The Olympia area's economic base ranges from forestry to healthcare. Federal, state and local government continues to play a vital role in the Region's economy. Healthcare is another leading industry in Olympia—four of the area's top employers are healthcare-related. As the capital of the state of Washington, Olympia relies on the state government to be a stabilizing factor for the local economy. In addition to the jobs it supports directly, state government also supports the economy by attracting tourists, as does the region's gambling industry. The annual sessions of the state legislature in the winter and spring mark the first tourist season of the year, with summertime recreation and attractions, including tours of state buildings, following. Compared to other regions in the state, Olympia and Thurston County are home to a relatively small number of technology companies. To attract such companies, economic development officials promote the area's telecommunication infrastructure, low property price and educated workforce.

Tourism:
Head over to the Olympic Flight Museum. This flight museum is a non-profit organization dedicated to the preservation and flying of vintage aircraft. Next, the Hand's On Children's Museum is the ideal place to bring the family for fun and learning. And it's not just a clever name, the "hands-on" museum offers interactive exhibits designed to teach children through exhibits and activities. If you're feeling lucky, the Red Wind Casino is home to all of your favorites casino games, including slots and a variety of table games such as blackjack, roulette, Pai Gow Poker, Let It Ride and Keno. If you want to get outside, the Nisqually National Wildlife Refuge is located on the Nisqually River Delta in Southern Puget Sound. This refuge consists of 3,000 acres of salt and freshwater marshes, grasslands and mixed forest habitats that provide a resting and nesting area for a wide variety of migratory birds. Or, head over to Priest Point Park. This 314-acre park offers hiking and wildlife viewing opportunities.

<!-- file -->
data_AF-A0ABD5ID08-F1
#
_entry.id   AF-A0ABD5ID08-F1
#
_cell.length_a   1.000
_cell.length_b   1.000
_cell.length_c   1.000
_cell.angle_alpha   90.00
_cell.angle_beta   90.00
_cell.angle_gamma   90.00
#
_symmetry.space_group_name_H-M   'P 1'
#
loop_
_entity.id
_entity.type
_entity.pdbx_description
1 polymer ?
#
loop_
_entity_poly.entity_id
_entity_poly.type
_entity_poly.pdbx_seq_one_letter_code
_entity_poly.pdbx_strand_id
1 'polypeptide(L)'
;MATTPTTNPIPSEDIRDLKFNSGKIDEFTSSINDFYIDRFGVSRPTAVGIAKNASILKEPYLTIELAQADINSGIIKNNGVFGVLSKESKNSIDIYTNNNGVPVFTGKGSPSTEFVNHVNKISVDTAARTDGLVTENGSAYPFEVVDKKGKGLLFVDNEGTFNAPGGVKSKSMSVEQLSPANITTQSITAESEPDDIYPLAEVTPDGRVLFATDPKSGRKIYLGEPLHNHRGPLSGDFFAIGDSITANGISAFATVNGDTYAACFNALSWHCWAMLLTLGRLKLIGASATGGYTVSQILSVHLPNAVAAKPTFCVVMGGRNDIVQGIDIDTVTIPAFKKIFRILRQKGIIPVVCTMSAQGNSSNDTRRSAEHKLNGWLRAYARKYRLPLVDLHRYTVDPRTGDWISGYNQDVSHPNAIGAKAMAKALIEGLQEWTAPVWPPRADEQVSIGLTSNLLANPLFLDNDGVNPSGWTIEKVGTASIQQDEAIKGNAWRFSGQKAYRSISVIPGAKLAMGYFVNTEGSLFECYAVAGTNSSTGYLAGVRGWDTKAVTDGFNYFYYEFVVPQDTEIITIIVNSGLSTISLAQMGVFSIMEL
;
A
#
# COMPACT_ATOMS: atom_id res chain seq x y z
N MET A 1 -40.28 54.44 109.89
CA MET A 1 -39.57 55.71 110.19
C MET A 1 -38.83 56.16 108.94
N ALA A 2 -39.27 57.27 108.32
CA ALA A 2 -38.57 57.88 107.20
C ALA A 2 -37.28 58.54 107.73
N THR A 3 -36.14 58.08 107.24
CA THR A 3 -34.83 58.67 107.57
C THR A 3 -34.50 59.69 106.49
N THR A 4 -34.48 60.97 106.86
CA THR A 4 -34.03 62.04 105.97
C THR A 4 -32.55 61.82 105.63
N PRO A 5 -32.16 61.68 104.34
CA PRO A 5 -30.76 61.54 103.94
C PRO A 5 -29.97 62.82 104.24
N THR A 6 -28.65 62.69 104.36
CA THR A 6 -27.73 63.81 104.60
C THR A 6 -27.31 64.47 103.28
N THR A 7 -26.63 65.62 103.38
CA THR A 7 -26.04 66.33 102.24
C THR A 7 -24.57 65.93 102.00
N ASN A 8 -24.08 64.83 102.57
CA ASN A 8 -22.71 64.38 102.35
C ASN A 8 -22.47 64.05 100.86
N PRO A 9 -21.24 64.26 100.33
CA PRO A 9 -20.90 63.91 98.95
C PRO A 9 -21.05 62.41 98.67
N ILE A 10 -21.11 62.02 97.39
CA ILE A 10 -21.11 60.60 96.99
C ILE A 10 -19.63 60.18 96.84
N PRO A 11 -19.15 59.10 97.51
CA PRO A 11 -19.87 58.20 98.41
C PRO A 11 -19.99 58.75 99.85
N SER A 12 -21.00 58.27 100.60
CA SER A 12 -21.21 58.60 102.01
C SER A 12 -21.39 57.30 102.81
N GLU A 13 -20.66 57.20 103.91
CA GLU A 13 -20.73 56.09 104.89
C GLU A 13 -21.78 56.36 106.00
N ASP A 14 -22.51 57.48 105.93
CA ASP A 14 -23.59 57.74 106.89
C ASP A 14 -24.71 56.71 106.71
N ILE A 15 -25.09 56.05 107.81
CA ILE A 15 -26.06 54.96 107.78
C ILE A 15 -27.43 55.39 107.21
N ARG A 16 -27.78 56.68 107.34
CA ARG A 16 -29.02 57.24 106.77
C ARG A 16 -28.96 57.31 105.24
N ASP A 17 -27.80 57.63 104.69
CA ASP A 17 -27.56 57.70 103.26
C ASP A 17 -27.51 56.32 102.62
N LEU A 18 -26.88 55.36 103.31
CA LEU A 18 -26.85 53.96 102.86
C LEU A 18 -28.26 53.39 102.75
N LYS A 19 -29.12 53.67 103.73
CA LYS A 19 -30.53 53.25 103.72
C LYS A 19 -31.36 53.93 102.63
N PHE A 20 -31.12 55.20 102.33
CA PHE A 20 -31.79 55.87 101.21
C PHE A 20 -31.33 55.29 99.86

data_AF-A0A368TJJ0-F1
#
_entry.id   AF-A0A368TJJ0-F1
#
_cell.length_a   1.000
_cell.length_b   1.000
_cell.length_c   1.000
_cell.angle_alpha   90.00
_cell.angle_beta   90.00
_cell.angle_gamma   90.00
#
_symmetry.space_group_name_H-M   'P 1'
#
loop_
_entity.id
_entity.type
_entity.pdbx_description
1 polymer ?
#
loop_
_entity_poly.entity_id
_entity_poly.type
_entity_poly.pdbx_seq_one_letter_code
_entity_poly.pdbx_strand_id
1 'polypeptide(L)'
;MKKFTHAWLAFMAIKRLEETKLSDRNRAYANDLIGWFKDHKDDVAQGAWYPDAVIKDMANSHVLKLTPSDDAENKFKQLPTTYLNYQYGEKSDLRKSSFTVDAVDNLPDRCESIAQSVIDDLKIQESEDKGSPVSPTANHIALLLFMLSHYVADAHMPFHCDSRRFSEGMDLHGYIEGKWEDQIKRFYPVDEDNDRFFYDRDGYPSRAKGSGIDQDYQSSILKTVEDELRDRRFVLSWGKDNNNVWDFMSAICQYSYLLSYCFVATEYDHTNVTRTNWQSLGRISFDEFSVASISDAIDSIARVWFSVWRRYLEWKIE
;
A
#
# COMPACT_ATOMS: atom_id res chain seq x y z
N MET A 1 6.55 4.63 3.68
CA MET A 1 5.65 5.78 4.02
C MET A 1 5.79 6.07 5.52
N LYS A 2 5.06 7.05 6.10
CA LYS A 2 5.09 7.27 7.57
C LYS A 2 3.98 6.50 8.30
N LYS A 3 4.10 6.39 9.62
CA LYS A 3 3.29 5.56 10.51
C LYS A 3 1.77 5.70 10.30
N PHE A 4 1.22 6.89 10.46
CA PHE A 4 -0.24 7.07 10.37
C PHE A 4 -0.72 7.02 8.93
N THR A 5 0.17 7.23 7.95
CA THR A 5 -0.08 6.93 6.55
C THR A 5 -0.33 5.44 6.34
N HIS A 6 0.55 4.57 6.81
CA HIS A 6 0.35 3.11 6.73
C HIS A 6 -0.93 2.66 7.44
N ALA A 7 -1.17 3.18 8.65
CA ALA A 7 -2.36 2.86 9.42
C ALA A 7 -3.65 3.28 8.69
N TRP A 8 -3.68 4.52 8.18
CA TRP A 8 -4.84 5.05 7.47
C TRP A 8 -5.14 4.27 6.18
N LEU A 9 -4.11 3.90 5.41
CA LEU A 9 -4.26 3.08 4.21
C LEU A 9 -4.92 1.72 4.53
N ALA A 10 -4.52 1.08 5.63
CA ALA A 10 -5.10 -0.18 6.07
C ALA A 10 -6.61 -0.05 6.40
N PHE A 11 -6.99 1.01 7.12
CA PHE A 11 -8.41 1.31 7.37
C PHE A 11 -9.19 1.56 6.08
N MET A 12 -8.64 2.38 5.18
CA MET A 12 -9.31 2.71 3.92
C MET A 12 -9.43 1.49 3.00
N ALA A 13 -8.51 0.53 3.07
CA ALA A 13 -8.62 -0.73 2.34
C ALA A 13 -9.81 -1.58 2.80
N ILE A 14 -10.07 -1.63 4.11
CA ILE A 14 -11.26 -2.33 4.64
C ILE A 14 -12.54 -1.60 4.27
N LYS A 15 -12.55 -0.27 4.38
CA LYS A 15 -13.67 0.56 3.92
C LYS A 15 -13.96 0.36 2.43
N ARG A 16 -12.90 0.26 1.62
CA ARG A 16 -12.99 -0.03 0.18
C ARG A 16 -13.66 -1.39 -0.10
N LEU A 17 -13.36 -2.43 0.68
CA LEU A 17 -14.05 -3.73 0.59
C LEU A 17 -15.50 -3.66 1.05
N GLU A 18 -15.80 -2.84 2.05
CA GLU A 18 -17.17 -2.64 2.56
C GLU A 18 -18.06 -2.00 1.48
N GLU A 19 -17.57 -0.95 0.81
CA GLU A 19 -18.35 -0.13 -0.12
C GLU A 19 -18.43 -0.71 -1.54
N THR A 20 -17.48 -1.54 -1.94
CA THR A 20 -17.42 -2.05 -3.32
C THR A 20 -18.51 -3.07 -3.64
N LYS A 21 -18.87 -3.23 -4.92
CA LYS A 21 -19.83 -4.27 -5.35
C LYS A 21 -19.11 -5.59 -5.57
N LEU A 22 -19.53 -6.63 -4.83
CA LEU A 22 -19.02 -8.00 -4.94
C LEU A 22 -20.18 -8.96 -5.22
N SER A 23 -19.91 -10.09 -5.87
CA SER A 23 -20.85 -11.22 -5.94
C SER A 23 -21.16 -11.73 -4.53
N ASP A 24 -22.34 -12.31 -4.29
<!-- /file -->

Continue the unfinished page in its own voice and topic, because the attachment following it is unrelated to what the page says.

• There are four state parks in Olympia.
  • In 1996, the Olympic torch was brought through Olympia.
  • Washington's capitol was completed in 1928, it was also the last domed capitol built in the U.S.
  • In 2010, the city was named "Most Vegetarian and Vegan Friendly City" by PETA.
  • Capitol Lake is actually a manufactured lake. It was built for people that work in the Legislative Building to provide a better view.
  • The record high temperature in the city is 105 degrees.
  • In 2010, the city was also named "Most Secure Mid-Sized U.S. City" by Sperling's Best Places.